·         That Myrtle Beach has received both TsunamiReady and StormReady status from the National Weather Service? The city has been designated as StormReady for a couple of years, but received its official TsunamiReady designation October 31, 2006. Nationally, only 36 sites are designated TsunamiReady, including Myrtle Beach, Surfside Beach and Horry County. Charleston County is the only other TsunamiReady site in South Carolina. Visit and for more StormReady and TsunamiReady information. (Note: North Myrtle Beach will be recognized as TsunamiReady in January.)

·         That the Ted C. Collins Law Enforcement Center on Oak Street is named for the late Ted C. Collins, who served the city for 20 years, first as a member of City Council and then as a municipal judge? Judge Collins died suddenly December 26, 2000. He served on City Council from 1978 to 1986 and then as a Municipal Court judge from 1988 until his death. City Council named the Law Enforcement Center in Judge Collins’ honor on March 13, 2001. Council’s proclamation reads, in part, “Ted Collins was well known for his compassion, humor, friendliness, warmth and personality, traits that won the respect of others and served him well in politics and on the bench.”

·         That 77 prominent South Carolinians, past and present, are honored in the official South Carolina Hall of Fame at the Myrtle Beach Convention Center?  Hall of Fame inductees include four South Carolinians who signed the Declaration of Independence, four who signed the U.S. Constitution, three astronauts, five medical doctors, one dentist, five Ph.D.s and five generals. Jazz great Dizzy Gillespie is a member of the Hall of Fame, as is 1960 World Series M.V.P. Bobby Richardson of the New York Yankees. The Hall of Fame display includes portraits and descriptions of each of the honorees. Touch-screens provide additional information, including a quiz to test your knowledge of South Carolina’s history and its Hall of Fame members’ contributions. Two new honorees are inducted into the South Carolina Hall of Fame each year. Visit to learn more.

·         That the Myrtle Beach Metropolitan Statistical Area (MSA), as defined by the U.S. Census Bureau, is all of Horry County?

·         That the Myrtle Heights-Oak Park neighborhood is on the National Register of Historic Places?  The 65-acre historic district is roughly along both sides of North Ocean Boulevard, from 32nd Avenue North to 46th Avenue North.  Recognized in 1998, the district includes 61 contributing buildings and sites and 20 noncontributing sites.  Most of the historic properties are single-family homes dating from the 1920s, ’30s and ’40s.  (You knew, of course, that the Myrtle Beach Train Depot is on the National Register of Historic Places.)

·         That Chapin Memorial Library is the only city-owned library in South Carolina? A public library originally opened in 1939 on North Kings Highway in the old Chamber of Commerce building, which was unused at the time.  The library started with 501 books.  During World War II, the library moved to the Chapin Company building as part of the government recreation program for soldiers.  The library returned to the Chamber building following the war, but relocated in May 1947 to the old USO building in the 1200 block of North Ocean Boulevard, before briefly moving back to the Chapin Company.  In August 1948, the Chapin Foundation provided $40,000 for a library building on city parkland and $2,000 more for landscaping.  The city’s Chapin Memorial Library opened June 1, 1949, in its current location and has been expanded four times.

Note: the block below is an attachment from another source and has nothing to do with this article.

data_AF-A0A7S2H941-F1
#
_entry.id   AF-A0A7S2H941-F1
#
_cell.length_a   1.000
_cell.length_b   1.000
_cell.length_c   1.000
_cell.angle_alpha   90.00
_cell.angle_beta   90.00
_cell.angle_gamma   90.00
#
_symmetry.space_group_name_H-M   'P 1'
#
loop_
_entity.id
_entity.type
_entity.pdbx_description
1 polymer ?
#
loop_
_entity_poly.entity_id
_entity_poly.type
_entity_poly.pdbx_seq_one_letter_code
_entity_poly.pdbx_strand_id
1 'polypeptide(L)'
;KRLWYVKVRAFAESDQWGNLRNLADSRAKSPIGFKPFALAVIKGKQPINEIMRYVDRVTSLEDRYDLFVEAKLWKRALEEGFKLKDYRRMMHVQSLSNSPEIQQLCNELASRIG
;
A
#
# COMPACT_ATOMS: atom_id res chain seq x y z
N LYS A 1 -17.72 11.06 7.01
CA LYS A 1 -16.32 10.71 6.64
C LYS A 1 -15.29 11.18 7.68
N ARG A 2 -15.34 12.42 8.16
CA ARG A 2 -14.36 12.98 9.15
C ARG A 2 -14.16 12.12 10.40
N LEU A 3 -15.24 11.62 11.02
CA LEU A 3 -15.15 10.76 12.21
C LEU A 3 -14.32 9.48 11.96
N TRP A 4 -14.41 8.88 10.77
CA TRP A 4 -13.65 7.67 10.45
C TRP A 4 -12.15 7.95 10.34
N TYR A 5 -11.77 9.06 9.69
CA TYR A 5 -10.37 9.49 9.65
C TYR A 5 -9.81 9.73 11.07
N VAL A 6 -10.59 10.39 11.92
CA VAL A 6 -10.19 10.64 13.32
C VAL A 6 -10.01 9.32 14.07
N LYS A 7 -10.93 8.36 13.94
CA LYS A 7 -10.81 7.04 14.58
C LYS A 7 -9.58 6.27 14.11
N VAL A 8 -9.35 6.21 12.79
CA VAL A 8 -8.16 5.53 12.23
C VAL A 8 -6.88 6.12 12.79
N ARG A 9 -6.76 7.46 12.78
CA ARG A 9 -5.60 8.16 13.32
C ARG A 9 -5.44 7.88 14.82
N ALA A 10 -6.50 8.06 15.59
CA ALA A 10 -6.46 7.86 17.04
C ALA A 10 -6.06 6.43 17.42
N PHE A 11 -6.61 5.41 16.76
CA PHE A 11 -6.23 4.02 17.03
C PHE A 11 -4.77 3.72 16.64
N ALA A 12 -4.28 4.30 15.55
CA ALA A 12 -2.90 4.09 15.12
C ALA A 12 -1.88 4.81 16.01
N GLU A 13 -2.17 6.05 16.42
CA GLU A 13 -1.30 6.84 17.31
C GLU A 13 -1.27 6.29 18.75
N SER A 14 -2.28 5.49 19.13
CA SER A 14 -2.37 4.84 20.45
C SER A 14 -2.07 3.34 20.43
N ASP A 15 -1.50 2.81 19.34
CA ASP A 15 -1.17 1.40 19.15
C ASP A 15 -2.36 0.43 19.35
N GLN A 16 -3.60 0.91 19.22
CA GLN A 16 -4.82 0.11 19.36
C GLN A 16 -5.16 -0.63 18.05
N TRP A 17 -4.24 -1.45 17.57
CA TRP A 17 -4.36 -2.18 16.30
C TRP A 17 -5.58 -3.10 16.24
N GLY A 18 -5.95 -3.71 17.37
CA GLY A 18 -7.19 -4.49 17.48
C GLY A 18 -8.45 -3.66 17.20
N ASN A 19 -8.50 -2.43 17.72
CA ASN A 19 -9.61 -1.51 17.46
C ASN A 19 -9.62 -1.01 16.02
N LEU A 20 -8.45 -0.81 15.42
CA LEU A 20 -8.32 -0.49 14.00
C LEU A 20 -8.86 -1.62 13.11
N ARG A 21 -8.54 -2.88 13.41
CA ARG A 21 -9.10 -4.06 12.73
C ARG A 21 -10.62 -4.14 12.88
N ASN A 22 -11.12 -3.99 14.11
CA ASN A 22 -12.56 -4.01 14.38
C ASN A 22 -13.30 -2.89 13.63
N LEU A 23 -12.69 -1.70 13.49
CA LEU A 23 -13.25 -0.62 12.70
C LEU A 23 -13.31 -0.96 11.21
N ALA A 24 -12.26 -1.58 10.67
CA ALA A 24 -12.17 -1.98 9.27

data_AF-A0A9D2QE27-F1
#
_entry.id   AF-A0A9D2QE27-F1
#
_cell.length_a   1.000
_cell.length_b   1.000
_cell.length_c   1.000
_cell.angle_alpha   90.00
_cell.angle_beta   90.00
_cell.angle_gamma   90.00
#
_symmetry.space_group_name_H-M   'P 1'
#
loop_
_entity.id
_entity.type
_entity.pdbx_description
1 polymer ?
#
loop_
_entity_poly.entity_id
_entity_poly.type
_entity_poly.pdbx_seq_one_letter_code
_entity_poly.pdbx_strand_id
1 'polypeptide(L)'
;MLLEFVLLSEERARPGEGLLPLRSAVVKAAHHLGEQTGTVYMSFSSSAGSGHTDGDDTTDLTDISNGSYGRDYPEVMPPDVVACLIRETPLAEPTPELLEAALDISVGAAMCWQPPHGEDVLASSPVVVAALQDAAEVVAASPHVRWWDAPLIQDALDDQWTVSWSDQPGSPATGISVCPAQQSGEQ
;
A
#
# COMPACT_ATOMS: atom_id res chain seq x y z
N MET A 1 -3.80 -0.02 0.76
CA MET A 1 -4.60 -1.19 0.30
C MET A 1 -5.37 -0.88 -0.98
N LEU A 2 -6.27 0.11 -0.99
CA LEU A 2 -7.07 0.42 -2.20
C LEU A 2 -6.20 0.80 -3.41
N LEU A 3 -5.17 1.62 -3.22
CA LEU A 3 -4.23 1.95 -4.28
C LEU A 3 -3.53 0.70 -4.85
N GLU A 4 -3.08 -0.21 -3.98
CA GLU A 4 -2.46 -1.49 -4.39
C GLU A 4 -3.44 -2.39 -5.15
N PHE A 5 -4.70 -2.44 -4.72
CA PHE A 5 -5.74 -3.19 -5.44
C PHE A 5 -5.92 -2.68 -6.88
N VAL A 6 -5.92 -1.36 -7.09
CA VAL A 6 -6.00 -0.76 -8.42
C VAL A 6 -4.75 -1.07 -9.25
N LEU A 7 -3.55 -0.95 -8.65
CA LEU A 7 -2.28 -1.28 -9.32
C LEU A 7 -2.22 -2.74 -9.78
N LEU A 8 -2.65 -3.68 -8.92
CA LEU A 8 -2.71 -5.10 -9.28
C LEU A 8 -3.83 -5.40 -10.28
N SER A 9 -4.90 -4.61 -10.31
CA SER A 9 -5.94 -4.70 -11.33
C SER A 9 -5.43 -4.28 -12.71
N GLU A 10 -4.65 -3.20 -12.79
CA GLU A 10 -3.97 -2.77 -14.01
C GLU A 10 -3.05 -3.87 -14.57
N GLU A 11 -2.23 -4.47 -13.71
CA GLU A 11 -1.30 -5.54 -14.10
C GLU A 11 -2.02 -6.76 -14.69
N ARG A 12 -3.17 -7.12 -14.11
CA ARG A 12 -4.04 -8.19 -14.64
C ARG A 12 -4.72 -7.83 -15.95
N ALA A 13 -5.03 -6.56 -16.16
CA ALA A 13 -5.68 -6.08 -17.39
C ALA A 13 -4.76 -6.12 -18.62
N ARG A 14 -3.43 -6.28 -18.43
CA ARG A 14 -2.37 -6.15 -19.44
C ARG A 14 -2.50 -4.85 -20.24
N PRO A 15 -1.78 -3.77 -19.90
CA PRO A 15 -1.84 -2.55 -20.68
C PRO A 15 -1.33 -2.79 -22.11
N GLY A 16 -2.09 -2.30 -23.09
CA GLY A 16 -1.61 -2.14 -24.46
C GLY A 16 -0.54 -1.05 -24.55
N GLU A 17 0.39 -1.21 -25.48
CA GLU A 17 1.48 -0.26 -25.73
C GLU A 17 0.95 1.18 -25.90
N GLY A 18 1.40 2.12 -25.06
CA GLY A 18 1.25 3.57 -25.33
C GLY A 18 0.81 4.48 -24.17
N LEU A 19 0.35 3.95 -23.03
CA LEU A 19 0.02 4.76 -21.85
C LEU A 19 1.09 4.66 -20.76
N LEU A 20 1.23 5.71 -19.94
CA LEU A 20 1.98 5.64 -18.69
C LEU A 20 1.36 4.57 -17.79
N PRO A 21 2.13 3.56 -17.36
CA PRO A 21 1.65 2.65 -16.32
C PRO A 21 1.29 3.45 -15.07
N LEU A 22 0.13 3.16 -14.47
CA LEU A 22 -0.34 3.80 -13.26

·         That from May 1 to Labor Day, dogs are not permitted on the beach between 10:00 a.m. and 5:00 p.m.?  When dogs are permitted on the beach, they must be on a leash of seven feet or shorter, and you must pick up droppings and properly dispose of them.  (Updated January 28, 2010)

·         That the City of Myrtle Beach adopted its first zoning code on September 17, 1947?   

·         That the oath of office for early City Council members included a statement that they had not taken part in any duels?  Here is the oath of office prescribed by the state constitution when Myrtle Beach became a town in 1938:   “I do solemnly swear that I am duly qualified, according to the Constitution of this State, to exercise the duties of the office to which I have been elected, and that I will to the best of my ability, discharge the duties thereof, and preserve, protect and defend the Constitution of this State and of the United States.  I do further solemnly swear that I have not since the first day of January, in the year eighteen hundred and eighty-one, engaged in a duel as principal, second or otherwise; and that I will not, during the term of office to which I have been elected engage in a duel as principal or second or otherwise.  So help me God.”

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P.O. Drawer 2468
Myrtle Beach, SC 29578
Phone:  (843) 918-1000
Fax:  (843) 918-1028

© Copyright 2010, The City of Myrtle Beach. All rights reserved.